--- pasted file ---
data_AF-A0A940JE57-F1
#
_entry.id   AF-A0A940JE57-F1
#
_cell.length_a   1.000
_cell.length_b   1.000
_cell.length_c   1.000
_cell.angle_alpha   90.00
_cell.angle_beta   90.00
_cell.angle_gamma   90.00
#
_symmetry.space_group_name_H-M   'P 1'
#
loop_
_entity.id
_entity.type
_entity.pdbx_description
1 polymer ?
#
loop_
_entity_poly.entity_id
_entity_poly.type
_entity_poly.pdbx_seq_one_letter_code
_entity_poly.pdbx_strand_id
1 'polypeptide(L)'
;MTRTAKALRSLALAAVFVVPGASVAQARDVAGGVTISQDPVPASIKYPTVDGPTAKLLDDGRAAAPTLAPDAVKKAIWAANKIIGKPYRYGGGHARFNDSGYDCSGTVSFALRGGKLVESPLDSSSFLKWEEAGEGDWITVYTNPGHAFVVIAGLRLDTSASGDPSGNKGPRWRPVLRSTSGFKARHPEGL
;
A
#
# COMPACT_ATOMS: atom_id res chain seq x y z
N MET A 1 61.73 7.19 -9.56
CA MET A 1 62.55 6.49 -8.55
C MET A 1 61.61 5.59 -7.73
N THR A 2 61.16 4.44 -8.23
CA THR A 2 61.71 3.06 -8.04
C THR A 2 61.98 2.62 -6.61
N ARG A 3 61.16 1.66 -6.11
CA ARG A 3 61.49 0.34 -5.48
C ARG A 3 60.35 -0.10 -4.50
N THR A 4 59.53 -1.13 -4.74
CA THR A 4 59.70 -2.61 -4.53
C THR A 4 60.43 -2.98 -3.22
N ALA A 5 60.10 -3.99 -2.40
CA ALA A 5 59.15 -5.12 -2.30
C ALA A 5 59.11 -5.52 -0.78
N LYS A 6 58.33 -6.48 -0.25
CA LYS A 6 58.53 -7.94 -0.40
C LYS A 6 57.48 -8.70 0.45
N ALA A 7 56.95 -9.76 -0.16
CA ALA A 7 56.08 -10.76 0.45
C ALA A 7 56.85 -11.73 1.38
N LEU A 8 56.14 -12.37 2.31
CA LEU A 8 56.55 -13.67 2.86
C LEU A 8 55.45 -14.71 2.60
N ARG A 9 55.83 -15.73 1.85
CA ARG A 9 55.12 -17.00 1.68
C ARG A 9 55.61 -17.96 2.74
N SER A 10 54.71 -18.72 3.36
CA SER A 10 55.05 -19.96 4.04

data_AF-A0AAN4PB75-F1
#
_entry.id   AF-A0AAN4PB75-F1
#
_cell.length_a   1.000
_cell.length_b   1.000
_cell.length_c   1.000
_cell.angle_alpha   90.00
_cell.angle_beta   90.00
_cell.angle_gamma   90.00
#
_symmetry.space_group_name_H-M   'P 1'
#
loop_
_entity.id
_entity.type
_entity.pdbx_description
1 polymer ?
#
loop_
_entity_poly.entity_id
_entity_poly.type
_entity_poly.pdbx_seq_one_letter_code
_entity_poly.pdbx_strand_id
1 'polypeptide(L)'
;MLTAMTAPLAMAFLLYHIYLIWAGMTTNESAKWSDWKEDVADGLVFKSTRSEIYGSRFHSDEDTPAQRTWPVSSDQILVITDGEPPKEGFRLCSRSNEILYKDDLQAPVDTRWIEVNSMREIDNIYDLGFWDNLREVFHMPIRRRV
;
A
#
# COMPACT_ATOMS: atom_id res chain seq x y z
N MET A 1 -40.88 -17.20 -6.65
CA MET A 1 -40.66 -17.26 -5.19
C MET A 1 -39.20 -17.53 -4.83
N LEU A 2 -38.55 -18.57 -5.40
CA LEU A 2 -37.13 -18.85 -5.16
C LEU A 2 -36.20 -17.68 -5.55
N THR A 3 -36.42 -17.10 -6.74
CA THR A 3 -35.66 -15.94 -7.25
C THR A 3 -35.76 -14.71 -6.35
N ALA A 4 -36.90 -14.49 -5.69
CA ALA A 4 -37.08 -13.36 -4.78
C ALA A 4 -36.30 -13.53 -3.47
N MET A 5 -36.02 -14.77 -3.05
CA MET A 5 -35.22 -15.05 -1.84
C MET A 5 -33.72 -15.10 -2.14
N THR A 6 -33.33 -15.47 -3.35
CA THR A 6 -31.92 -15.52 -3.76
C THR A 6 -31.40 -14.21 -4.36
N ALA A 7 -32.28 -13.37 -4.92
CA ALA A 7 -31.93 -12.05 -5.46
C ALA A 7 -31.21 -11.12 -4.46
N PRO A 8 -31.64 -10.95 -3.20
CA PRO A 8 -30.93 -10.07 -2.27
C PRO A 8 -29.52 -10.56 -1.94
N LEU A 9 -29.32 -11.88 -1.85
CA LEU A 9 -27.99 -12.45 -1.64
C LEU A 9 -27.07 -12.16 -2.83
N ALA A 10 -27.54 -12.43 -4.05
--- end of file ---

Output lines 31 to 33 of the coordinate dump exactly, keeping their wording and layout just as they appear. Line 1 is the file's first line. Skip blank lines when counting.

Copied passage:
N MET A 1 61.73 7.19 -9.56
CA MET A 1 62.55 6.49 -8.55
C MET A 1 61.61 5.59 -7.73